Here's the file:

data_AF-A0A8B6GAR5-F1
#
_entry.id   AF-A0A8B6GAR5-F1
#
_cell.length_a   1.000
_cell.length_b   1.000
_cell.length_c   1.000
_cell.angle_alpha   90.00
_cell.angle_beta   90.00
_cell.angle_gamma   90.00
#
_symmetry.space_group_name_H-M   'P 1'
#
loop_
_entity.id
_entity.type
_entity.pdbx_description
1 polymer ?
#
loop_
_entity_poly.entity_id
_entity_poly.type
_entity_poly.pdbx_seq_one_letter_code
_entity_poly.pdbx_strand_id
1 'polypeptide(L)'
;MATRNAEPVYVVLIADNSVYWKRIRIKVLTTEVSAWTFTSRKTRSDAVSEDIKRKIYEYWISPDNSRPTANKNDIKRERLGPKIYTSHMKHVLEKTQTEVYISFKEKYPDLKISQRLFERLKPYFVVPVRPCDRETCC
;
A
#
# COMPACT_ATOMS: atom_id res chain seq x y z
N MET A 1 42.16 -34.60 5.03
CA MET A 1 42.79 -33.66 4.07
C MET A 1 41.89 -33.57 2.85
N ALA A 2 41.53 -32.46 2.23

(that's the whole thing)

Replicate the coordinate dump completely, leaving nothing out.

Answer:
data_AF-A0A8B6GAR5-F1
#
_entry.id   AF-A0A8B6GAR5-F1
#
_cell.length_a   1.000
_cell.length_b   1.000
_cell.length_c   1.000
_cell.angle_alpha   90.00
_cell.angle_beta   90.00
_cell.angle_gamma   90.00
#
_symmetry.space_group_name_H-M   'P 1'
#
loop_
_entity.id
_entity.type
_entity.pdbx_description
1 polymer ?
#
loop_
_entity_poly.entity_id
_entity_poly.type
_entity_poly.pdbx_seq_one_letter_code
_entity_poly.pdbx_strand_id
1 'polypeptide(L)'
;MATRNAEPVYVVLIADNSVYWKRIRIKVLTTEVSAWTFTSRKTRSDAVSEDIKRKIYEYWISPDNSRPTANKNDIKRERLGPKIYTSHMKHVLEKTQTEVYISFKEKYPDLKISQRLFERLKPYFVVPVRPCDRETCC
;
A
#
# COMPACT_ATOMS: atom_id res chain seq x y z
N MET A 1 42.16 -34.60 5.03
CA MET A 1 42.79 -33.66 4.07
C MET A 1 41.89 -33.57 2.85
N ALA A 2 41.53 -32.46 2.23